Now that Germany has agreed with France and other member states on new EU regulations for the controversial Nord Stream 2 project, the German government is wrong if it believes that they have satisfied critics.

Berlin has, from the beginning, underestimated the damage this project would do to its image. Its support for Nord Stream 2 demonstrates how the German government puts the national interest ahead of European and international strategic questions, thereby hurting its credibility in the long-term, according to Berlin Policy Journal.

Amid the Russia-Ukraine conflict, and with the help of the Nord Stream 2 pipeline, the discussion about Germany and the EU’s energy independence from Russia has continued to intensify since 2014. The German government claimed for years that this was a purely commercial endeavor. But then in April 2018, at a meeting with Ukrainian President Petro Poroshenko, Chancellor Angela Merkel recognized for the first time that the political factors surrounding Nord Stream 2 also had to be taken into account.

The objectives and repercussions of Nord Stream 2 go beyond Germany and run counter to German and EU interests, the publication notes.

Nord Stream 2, just as Turk Stream, is meant to make the Ukrainian transit-pipeline system superfluous, thereby punishing Kyiv for its pro-EU stance. At the same time, the pipeline allows Russia creating dependencies with EU businesses and politicians at the local and national levels.

Read alsoPompeo: Nord Stream 2 Russia's "political weapon"

Big infrastructure projects implemented jointly with European companies stabilize Putin's system, based on loyalty through corruption, because the Russian firms involved in construction are owned by people close to the Russian president. The economic cost, then, no longer matters.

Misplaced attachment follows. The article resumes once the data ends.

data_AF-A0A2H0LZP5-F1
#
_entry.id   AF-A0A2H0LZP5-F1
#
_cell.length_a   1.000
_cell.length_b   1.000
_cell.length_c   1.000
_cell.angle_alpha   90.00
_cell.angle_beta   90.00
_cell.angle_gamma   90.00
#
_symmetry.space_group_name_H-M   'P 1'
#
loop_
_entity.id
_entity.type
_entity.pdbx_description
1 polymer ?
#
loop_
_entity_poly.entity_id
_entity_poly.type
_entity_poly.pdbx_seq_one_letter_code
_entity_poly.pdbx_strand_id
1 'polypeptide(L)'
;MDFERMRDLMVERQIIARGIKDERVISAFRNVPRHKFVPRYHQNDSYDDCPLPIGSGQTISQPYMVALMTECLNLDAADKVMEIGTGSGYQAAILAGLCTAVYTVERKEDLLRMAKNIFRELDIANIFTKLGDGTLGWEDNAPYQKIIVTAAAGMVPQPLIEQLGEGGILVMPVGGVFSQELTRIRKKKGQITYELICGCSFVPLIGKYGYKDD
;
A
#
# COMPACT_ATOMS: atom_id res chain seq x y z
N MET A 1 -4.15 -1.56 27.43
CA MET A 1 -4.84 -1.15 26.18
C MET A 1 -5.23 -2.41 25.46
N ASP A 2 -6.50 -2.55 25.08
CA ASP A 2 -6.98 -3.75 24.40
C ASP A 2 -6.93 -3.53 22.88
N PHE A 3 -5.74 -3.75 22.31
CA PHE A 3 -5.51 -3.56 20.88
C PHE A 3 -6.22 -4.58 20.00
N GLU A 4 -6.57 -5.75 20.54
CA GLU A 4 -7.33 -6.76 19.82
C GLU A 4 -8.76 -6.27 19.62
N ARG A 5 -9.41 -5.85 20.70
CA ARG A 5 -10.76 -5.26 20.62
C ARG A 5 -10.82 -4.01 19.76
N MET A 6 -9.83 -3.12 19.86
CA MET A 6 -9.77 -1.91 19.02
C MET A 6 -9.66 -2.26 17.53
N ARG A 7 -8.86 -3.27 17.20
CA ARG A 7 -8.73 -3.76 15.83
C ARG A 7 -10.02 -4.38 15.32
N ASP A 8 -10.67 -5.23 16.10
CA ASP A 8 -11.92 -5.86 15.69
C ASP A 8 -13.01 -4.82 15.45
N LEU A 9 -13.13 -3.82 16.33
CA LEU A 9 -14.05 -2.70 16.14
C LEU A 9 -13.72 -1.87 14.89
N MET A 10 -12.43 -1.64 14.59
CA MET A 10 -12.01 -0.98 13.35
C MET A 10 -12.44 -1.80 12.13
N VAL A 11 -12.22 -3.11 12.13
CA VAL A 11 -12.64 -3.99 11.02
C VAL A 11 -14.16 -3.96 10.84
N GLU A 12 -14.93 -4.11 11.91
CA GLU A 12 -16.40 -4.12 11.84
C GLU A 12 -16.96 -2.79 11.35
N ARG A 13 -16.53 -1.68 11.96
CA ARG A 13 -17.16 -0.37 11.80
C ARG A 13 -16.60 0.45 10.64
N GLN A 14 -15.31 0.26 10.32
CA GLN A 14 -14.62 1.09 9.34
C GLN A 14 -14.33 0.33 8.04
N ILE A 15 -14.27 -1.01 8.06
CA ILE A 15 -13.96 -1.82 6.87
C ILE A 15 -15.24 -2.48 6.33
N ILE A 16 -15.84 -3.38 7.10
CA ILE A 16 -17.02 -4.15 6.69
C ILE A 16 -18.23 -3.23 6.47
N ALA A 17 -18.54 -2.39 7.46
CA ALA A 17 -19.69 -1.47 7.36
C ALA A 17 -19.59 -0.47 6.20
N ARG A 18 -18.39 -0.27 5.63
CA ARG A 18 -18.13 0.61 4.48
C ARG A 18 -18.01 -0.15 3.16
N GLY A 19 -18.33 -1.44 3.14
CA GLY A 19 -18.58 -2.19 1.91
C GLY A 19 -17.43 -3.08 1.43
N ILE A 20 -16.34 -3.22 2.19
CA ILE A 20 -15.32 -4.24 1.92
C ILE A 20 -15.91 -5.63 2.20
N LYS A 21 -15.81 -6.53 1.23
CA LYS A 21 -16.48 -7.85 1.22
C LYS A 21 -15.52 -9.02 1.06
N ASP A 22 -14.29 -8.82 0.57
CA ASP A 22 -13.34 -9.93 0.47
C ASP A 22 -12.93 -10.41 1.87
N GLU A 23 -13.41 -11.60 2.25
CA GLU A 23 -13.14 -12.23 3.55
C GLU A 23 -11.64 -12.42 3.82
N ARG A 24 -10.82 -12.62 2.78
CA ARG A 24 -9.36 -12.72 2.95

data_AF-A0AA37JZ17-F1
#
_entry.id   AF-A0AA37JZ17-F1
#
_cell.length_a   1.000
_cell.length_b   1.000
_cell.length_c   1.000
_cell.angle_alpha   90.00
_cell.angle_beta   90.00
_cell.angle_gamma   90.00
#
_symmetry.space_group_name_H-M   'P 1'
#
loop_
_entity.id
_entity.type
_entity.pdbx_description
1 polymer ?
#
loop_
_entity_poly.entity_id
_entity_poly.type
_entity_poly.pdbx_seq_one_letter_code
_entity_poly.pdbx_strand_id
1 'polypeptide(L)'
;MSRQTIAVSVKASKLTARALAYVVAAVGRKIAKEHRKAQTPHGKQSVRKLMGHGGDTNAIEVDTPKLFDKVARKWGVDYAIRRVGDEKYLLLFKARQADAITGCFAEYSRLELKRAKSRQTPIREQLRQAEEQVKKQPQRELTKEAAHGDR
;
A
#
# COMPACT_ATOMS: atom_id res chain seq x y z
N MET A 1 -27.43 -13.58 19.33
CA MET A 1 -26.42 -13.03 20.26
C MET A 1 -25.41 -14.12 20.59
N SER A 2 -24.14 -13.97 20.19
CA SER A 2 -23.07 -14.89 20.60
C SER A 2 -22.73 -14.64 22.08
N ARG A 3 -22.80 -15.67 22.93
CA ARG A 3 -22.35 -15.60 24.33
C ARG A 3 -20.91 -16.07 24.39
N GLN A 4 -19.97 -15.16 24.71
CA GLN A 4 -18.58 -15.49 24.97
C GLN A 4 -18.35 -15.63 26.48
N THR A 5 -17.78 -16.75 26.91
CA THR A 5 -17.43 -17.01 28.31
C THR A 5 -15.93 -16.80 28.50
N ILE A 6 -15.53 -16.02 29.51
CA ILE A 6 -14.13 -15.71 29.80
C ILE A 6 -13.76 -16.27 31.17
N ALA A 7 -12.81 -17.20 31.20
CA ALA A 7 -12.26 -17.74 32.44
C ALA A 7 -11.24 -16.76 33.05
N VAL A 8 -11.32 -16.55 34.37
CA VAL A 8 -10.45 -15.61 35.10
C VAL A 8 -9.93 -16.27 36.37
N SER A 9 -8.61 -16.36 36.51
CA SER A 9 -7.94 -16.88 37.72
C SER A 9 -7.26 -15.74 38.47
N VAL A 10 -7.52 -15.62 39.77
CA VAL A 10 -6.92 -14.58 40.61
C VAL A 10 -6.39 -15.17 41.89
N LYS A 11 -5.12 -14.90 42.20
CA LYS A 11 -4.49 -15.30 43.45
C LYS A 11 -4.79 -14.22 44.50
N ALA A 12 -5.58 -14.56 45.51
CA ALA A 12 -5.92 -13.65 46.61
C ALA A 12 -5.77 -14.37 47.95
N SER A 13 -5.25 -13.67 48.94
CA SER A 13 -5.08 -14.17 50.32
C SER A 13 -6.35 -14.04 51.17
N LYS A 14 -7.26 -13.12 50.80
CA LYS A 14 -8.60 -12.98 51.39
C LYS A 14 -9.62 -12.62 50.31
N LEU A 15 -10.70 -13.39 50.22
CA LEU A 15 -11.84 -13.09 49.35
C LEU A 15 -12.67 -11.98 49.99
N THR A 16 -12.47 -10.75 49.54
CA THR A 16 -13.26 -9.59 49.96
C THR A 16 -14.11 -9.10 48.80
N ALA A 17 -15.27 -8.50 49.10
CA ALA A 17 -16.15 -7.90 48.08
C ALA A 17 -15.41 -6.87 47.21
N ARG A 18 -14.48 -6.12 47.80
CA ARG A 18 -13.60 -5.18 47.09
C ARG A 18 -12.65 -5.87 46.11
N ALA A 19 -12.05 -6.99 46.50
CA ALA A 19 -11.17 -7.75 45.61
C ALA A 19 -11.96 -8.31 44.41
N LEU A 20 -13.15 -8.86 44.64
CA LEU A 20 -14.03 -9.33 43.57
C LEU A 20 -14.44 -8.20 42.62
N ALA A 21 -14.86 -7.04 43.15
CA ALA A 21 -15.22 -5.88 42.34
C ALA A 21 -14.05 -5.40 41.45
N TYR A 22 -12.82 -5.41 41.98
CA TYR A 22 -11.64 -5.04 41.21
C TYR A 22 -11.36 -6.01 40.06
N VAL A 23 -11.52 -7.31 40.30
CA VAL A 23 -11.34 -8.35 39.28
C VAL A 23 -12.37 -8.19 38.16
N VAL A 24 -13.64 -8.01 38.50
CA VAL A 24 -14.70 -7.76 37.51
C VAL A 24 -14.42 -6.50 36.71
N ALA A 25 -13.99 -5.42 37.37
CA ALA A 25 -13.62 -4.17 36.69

The consequences for Ukraine are the loss of transit fees worth EUR 3 billion a year and, even more importantly, the loss of a bargaining chip against possible Russian aggression. That can have an effect on the security-policy stability of the Sea of Asov and the Black Sea. If Nord Stream 2 is built by the end of the year, the Kremlin could take it as a signal to conquer the land bridge between Crimea and the Russian mainland and further expand its military activities at Ukraine’s southern ports.

Read alsoEU amendments on Nord Stream 2 may lead to Russia's more aggressive behavior – Ukraine's MFA

While German Foreign Minister Heiko Maas seeks to be more considerate of central and eastern European neighbors in the framework of his new European Ostpolitik, the support for Nord Stream 2 is a glaring contradiction. If the German government wants to bring peace to the conflict in Donbas and stabilize and support reforms in Ukraine in the long-term, it is doing exactly the opposite with this policy. If the cohesion of the EU is a strategic goal of Berlin, then it shouldn’t weaken the EU’s Energy Union. Here is a shortage of foresight and strategic depth in a country that has been discussed as the leading power in Europe and promotes multilateralism as Angela Merkel did at the Munich Security Conference recently.

There is no more “comfort zone Europe”. The longer German elites deny international realities and fail to seriously work towards a strategic realignment of their policies on Russia, China, and the U.S., the more irrelevant Germany and the EU will become in the strategic power competition of the multipolar world order. Russia is a strategic adversary that is trying to weaken the EU from within as well as in its neighborhood. The EU is no longer a development model for the Russian elite; from a Russian perspective it seems incapable of action. Why make concessions to a weak opponent if those concessions help secure the opponent’s financial survival? Now the task of the German foreign policy elite is to fill the strategic vacuum. The fight over Nord Stream 2 was supposed to be an opportunity to fundamentally rethink things and get out of this dead-end. Only a realigned European Union with a Germany that is capable of action will be able to meet today’s global challenges, the publication says.